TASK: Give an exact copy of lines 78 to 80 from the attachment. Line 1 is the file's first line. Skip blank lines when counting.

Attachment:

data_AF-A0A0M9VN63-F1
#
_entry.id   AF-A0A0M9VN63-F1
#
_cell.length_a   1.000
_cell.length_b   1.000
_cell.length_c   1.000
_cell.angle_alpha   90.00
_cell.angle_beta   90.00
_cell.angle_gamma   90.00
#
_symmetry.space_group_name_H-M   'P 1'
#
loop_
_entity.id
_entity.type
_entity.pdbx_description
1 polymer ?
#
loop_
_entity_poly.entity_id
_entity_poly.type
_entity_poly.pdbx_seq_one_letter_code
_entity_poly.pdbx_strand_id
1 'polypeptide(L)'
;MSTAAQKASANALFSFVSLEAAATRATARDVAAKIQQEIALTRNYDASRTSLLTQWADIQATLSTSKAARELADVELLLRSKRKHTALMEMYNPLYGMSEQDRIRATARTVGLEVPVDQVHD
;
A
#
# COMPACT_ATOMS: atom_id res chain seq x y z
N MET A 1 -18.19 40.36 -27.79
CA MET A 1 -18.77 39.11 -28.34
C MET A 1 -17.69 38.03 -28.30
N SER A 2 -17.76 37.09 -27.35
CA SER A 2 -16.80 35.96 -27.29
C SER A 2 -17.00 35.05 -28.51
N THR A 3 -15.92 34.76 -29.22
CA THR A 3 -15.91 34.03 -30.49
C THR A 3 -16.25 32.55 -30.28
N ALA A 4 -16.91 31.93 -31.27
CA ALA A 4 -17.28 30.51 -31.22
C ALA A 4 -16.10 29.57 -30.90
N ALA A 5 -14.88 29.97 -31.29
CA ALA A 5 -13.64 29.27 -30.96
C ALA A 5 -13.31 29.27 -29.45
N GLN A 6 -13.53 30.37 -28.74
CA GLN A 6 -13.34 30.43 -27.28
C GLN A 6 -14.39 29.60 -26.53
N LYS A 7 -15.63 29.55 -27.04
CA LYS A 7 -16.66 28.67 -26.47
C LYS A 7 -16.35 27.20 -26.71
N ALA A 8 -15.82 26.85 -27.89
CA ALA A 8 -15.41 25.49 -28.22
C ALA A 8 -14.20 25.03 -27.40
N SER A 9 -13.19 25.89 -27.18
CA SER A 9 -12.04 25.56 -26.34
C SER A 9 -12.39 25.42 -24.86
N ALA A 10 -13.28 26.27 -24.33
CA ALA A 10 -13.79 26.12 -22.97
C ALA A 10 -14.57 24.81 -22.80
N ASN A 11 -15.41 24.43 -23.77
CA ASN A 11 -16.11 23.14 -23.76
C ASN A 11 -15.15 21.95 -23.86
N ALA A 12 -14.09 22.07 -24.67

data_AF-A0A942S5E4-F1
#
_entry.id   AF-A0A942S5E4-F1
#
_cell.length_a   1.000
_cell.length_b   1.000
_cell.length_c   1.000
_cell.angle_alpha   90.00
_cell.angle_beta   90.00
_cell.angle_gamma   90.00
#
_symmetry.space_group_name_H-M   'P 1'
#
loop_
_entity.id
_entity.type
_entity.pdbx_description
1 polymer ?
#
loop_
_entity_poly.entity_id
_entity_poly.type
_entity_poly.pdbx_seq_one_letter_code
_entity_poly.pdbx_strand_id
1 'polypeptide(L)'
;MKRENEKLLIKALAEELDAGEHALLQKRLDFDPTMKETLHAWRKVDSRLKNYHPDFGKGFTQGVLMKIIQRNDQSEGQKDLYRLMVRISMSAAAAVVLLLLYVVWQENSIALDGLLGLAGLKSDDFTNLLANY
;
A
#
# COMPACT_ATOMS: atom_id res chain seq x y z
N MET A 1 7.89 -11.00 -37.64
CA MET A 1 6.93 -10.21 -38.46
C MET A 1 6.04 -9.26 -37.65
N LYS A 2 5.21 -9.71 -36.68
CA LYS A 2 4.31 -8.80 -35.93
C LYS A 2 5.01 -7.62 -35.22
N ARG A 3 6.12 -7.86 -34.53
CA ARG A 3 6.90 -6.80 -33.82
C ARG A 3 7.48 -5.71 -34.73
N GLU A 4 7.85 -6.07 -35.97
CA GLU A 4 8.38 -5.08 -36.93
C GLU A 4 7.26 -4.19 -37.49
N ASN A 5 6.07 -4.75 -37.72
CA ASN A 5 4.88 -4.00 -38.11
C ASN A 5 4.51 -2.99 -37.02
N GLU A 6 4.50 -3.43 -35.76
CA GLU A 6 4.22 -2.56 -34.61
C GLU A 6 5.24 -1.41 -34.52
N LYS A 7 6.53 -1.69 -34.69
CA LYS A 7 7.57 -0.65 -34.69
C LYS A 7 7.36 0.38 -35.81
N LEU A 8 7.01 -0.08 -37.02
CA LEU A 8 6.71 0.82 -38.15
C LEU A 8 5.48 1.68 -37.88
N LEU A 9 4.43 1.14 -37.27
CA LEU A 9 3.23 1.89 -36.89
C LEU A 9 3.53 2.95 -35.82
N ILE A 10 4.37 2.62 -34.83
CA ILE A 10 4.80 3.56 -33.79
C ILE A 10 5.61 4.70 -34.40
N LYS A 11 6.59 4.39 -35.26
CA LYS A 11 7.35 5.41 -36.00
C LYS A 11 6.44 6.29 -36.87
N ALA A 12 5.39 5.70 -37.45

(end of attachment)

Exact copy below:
loop_
_entity.id
_entity.type